• Post Reply Bookmark Topic Watch Topic
  • New Topic

Implementing custom Queue FIFO, crosspost  RSS feed

 
Mike Anna
Ranch Hand
Posts: 117
  • Mark post as helpful
  • send pies
  • Quote
  • Report post to moderator
Dear all,

After no help from another forum, I thought Id post this question here. Id be really glad if someone could offer some suggestions
One of my friends asked this, and I was trying to figure out how I would do this.
He wants implement a queue, FIFO, without using any of the custom implementations in java.
Heres what I thought :

I will use a class Queue :


Now the problem is, the int would overflow some day. I decided to use double. yet again, one day even that will overflow.
Then I thought of keeping a flag, where it will check for the maximum overflow limit of the double. and once it is about to reach it, have another class "index" the entire collection. Like if objects with keys 1 and 2 are removed, and there are MAXLIMITOFDOUBLE-2 elements, I will have to ensure that the objects are shuffled and start again based on 0.

Am I overlooking something really simple ?

I am wondering if there is a way where I can maintain the FIFo logic ?
May be a completely new solution.

I would appreciate any help on understanding this.


Thanks
 
Nitesh Kant
Bartender
Posts: 1638
IntelliJ IDE Java MySQL Database
  • Mark post as helpful
  • send pies
  • Quote
  • Report post to moderator
You can simply use an array to store the elements and always return the first element.
The problem that you will get is to choose a length for the array.
Since, the size of array, once created can not be altered, so, once it is full, you have to create a new array with the capacity as the (old capacity + increment factor) and copy all the elements from the old array to the new one.

I dont think using a Hashmap here is giving you anything as a HashMap is used when data is in the form of a key and a value.
[ May 19, 2008: Message edited by: Nitesh Kant ]
 
Campbell Ritchie
Marshal
Posts: 56227
171
  • Mark post as helpful
  • send pies
  • Quote
  • Report post to moderator
More of a beginner's question . . .

Nitesh Kant is correct. If you use an array you have a preset maximum size of queue; you use [index++ % size] for your insertion and a very similar syntax for removal. You don't actually have to delete elements; they will simply be overwritten. That has the advantage of rapid performance, but you will have to throw an exception if the two indices catch up with each other.

Another way to do it is to create a linked list.
 
Campbell Ritchie
Marshal
Posts: 56227
171
  • Mark post as helpful
  • send pies
  • Quote
  • Report post to moderator
Nitesh Kant is correct that you can copy your entire array into a larger array if you overflow your capacity. Quicker to copy the "active" part, maybe. That is how the fastest Queue implementation works, ArrayDeque.

But a linked list will never have a capacity problem. You might still need an EmptyQueueException however.
 
Mike Anna
Ranch Hand
Posts: 117
  • Mark post as helpful
  • send pies
  • Quote
  • Report post to moderator
Thanks Nitesh and Campbell.
However, if I use an array, I will still not be able to enforce the FIFO logic. well... just thinking of it, I think I can. Out of the box ? I dont think so. i will have to probably give it a layer of abstraction, and give my custom method for removal of elements, and in that method, I will have to check if the given element corresponds with a least number of index.
((n,Object) where n is the smallest).
LinkedList will give an overhead of performance, especially when we are talking about running out of the max limit of a double.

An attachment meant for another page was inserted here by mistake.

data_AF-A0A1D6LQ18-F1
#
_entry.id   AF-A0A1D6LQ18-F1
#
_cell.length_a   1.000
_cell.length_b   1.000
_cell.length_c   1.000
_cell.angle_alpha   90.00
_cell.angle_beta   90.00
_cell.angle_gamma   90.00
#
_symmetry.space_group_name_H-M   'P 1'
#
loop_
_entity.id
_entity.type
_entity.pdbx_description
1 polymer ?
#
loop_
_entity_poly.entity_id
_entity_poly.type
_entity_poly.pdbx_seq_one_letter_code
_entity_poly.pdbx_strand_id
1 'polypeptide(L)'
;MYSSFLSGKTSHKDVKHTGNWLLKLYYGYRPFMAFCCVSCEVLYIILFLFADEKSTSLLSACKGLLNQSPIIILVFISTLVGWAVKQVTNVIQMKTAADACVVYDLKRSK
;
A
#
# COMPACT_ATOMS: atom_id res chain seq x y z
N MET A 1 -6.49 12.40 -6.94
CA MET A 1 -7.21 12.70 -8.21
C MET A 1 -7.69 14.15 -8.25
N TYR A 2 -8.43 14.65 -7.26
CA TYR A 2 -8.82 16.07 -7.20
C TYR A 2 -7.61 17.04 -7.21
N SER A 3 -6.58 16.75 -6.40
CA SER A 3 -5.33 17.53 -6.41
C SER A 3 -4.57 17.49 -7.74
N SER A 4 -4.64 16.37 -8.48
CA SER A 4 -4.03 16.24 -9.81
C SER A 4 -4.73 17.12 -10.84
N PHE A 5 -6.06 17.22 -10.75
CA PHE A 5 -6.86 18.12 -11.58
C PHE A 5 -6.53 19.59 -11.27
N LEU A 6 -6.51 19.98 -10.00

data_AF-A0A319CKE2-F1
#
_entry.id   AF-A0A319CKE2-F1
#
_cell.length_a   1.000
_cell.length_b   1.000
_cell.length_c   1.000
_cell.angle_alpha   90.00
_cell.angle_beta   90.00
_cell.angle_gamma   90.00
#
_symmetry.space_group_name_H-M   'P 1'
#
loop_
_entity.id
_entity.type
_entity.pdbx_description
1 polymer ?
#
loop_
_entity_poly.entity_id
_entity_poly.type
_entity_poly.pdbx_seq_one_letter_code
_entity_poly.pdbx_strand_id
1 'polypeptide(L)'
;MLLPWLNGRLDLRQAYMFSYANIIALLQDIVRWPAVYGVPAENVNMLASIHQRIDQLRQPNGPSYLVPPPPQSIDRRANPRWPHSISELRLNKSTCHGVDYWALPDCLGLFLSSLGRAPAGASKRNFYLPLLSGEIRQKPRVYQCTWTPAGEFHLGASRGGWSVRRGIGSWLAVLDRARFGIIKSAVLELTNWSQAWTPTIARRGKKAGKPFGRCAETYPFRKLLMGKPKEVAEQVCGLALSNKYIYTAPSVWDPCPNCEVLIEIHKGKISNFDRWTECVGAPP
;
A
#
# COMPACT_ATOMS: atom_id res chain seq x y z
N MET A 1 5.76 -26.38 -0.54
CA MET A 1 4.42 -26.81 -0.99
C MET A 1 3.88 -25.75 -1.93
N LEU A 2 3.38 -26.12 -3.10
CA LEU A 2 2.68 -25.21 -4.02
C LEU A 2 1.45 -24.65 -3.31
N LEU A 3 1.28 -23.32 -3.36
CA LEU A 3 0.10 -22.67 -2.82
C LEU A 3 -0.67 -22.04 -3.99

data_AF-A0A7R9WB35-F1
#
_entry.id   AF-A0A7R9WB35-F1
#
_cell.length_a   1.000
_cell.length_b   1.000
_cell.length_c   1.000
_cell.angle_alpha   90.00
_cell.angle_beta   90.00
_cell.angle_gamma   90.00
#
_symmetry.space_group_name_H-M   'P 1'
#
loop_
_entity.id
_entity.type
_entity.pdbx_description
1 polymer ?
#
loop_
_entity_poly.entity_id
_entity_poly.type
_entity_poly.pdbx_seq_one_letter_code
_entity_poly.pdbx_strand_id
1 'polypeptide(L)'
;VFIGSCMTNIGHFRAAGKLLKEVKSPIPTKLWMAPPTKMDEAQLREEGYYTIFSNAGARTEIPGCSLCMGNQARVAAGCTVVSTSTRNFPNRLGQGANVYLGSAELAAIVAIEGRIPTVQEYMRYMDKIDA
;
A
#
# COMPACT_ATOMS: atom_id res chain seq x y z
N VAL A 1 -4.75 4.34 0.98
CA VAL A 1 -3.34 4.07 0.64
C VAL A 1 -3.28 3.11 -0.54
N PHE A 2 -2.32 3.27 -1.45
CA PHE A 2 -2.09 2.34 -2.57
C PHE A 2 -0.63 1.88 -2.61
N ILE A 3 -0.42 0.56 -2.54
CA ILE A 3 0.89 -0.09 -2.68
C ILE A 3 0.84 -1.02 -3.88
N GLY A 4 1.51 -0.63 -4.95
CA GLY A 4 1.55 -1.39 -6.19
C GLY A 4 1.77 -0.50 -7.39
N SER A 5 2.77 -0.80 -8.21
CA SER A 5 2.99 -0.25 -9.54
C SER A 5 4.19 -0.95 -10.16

What do you say ?
 
Nitesh Kant
Bartender
Posts: 1638
IntelliJ IDE Java MySQL Database
  • Mark post as helpful
  • send pies
  • Quote
  • Report post to moderator
Mike:
and give my custom method for removal of elements, and in that method, I will have to check if the given element corresponds with a least number of index.
((n,Object) where n is the smallest).


If you always store the new item at the first available index, then you can always return the item at index 0 of the array as it will always be the first element to be added to the queue.


Mike:
LinkedList will give an overhead of performance, especially when we are talking about running out of the max limit of a double.
What do you say ?

Well not really. Since, you always add at the end and remove the first, so you will not have any overhead, in fact it will be better than using an array as you do not have to deal with an overflow.
 
Campbell Ritchie
Marshal
Posts: 56227
171
  • Mark post as helpful
  • send pies
  • Quote
  • Report post to moderator
You don't use floating point arithmetic for this sort of thing at all.
The array with moving indices and % to keep the indices in the requisite range will give the best performance, but as Nitesh has told you, you have to find some way of copying the "active" part of the array into a larger array when you exceed your present capacity. That is (as far as I know) how ArrayDeque works.

I think you call the array and % combination a circular array.

As you say, a linked list may be easier to implement, and I think the performance overhead will be slight. If you are really running to the limit of a double, you will run out of memory before you run out of index capacity.

I don't understand your point about index(n, Object). Do you mean you have to eliminate duplicates when polling the queue? Difficult. The nearest structure I can think of to that is the LinkedHashSet. That eliminates duplicates on insertion.

It might be courteous to put a post on the "other" forum that you have got replies here.
 
Mike Anna
Ranch Hand
Posts: 117
  • Mark post as helpful
  • send pies
  • Quote
  • Report post to moderator
Thanks Nitesh and Cambell.
I think I atleast have some clarity now.

Cheers..
 
  • Post Reply Bookmark Topic Watch Topic
  • New Topic
Boost this thread!